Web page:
Monday, 20 February 2012

The Double Standards of Animal Crusading Countries

During the gruelling research for Living Cruelty Free, the thing that has annoyed me the most is the double standards some countries have. Two-faced, I call them.

Read on to find out what I’m talking about - 

It’s illegal to test cosmetics on animals in Australia, but that doesn’t mean cosmetics that are on sale in Australia are not tested on animals. Companies are allowed to sell cosmetics there even if they are tested on animals elsewhere.

China is the only country in the world that makes testing cosmetics on animals compulsory if they will be sold in that country. It’s for this reason that The Body Shop doesn’t have stores in China.

Many cosmetics companies throughout the world get past animal testing bans by having their products tested on animals in other countries, often China. Labour in China is cheap and animals have no real protection.
The production of Foie gras is banned in the UK, but the import of this so called delicacy that involves the force-feeding of ducks and geese until their livers get to up to ten time their natural size, isn’t banned.
Fur farms are banned in the UK, but the sale of fur isn’t.

When you buy leather you usually have no way of knowing what animal it comes from. It could come from a cow, a snake or even a dog or cat. Other products have to be labelled, so why not leather?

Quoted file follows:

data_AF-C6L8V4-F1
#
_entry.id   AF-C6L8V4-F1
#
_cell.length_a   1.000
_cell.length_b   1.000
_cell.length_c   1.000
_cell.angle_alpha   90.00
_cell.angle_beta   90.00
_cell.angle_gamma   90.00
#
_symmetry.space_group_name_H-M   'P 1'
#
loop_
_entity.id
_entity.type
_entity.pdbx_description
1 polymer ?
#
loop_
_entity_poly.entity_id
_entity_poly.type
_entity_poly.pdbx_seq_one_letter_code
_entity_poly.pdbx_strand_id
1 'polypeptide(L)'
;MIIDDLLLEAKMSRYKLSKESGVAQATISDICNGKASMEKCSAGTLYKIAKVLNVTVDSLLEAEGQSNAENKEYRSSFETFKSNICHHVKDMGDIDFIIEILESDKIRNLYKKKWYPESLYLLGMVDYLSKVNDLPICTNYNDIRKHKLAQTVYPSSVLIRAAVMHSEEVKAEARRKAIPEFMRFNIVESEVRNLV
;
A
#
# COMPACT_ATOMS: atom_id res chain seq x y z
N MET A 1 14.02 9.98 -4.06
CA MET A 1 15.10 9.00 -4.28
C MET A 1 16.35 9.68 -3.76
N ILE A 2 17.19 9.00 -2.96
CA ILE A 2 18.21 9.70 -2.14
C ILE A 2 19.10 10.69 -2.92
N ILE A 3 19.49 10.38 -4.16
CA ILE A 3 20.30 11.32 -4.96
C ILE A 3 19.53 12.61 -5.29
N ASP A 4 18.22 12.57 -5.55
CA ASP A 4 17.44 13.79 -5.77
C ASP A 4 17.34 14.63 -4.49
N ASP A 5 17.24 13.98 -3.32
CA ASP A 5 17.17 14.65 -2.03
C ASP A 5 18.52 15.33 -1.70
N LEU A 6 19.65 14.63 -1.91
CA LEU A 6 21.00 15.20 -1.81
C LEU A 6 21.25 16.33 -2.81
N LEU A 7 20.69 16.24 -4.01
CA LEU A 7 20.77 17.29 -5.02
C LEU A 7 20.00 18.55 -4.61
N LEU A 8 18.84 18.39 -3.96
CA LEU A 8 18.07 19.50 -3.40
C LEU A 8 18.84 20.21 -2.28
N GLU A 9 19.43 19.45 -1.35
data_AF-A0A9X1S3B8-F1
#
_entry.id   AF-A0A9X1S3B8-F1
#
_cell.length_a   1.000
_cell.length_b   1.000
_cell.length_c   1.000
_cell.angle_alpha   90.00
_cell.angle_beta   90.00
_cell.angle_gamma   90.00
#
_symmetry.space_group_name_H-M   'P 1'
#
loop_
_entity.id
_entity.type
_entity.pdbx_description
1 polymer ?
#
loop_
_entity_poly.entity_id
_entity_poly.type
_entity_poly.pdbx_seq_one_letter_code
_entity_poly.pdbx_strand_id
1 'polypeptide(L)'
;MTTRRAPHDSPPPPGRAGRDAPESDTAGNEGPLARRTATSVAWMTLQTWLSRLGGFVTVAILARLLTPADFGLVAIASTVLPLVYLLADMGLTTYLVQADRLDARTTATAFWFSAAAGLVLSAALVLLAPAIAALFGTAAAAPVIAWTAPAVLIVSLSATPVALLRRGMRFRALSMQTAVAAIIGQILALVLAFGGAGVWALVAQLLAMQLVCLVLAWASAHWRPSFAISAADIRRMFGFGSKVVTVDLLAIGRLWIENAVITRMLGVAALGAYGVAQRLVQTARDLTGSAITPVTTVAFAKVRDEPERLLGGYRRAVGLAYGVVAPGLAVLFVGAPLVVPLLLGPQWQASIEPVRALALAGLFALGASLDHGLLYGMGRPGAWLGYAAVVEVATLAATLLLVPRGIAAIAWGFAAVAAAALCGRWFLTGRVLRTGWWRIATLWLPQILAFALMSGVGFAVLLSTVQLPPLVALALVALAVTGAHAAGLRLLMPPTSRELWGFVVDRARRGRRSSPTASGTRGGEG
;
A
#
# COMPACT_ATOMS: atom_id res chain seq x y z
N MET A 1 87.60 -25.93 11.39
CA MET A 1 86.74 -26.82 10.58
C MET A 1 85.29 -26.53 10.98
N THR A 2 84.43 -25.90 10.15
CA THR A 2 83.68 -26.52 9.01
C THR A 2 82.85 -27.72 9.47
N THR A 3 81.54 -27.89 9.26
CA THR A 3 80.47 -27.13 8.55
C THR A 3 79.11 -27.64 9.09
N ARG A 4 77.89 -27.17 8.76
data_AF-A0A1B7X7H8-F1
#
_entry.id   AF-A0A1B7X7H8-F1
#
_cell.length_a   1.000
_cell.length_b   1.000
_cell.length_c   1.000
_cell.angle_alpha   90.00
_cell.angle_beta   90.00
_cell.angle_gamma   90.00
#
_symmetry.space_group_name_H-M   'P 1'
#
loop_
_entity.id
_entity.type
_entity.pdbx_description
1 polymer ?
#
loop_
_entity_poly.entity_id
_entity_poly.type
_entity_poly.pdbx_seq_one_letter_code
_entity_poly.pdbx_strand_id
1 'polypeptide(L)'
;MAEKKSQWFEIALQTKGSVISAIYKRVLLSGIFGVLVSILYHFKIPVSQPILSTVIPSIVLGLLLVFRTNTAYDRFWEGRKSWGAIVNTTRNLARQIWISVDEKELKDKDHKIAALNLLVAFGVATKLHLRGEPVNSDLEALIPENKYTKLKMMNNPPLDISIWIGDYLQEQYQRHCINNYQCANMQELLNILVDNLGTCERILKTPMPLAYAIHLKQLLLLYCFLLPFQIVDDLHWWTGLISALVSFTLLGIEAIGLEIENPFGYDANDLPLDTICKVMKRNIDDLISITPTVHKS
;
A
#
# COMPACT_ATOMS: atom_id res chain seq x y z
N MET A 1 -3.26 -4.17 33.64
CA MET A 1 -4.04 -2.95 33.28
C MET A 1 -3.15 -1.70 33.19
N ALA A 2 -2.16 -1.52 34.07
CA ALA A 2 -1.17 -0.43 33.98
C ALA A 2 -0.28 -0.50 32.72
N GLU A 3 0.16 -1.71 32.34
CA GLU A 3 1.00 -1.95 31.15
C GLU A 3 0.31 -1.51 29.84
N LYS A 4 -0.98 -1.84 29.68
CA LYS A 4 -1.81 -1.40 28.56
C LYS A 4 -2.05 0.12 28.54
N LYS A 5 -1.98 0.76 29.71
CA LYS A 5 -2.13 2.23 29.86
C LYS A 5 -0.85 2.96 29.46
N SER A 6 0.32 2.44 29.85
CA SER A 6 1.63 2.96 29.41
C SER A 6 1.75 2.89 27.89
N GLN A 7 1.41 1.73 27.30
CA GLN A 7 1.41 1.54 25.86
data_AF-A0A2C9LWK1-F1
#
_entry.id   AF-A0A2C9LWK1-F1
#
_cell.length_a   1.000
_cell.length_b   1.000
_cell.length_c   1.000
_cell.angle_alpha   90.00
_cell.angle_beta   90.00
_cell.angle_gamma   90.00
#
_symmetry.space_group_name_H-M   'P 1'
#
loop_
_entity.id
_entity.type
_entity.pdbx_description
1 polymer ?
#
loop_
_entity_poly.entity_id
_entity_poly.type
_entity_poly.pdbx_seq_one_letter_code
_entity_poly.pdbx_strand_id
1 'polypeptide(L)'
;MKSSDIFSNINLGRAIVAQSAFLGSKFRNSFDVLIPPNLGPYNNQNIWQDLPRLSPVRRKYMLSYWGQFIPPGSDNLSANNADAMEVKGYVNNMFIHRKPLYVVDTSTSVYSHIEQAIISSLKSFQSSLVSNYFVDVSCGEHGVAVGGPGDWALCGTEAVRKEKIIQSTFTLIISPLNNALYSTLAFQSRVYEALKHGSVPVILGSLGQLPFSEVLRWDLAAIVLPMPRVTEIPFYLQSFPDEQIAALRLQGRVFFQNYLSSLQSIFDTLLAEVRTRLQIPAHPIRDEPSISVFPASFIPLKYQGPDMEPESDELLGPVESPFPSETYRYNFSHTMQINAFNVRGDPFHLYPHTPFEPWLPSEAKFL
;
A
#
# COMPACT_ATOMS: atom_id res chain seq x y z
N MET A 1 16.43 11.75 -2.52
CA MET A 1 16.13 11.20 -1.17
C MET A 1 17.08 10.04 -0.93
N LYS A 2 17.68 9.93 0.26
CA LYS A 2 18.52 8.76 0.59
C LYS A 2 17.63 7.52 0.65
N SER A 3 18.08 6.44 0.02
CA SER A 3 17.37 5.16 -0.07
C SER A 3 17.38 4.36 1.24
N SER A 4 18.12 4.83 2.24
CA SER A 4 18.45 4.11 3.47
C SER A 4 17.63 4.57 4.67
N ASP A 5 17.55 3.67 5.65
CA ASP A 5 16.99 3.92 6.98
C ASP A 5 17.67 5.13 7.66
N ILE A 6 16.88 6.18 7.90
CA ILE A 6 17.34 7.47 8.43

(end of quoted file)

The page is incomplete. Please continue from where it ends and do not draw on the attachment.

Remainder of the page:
Most people are unaware that most of the goose down and duck down that is used in mattresses, comforters, pillows and cushions comes the live plucking of birds who are stripped of their feathers whilst they are alive. Most products don’t state whether the feathers and down came from birds that were already dead or ones who were plucked whilst still alive.
Sneaky companies get round people objecting to fur by having real fur in garments and labelling it as ‘fake fur’ or ‘faux fur.’

Free-range eggs mean different things depending on what country you are in. For instance in the USA, birds can have access to a few minutes of daylight and still lay eggs that are called free-range.

Isn’t it time that countries got consistent? For instance there should be a world-wide definition of free-range and if fur farms are banned in the UK so too should fur?

And that’s how veggiegirl2011 sees it.


  1. Very relevant points there.And very well written!
    Why can't everyone respect ALL living creatures!!!

  2. I had heard about this before and I agree that it is very two-faced of these companies to not just commit these horrible acts, but also lie to the people about it. I'm glad that you too are putting the truth out there!

    1. Thanks Adi and A. It's a disgrace that a practice like animal cosmetics testing is banned in a country yet cosmetic products tested on animals aren't. Same goes for fur farms and Foie gras. They should be banned completely.

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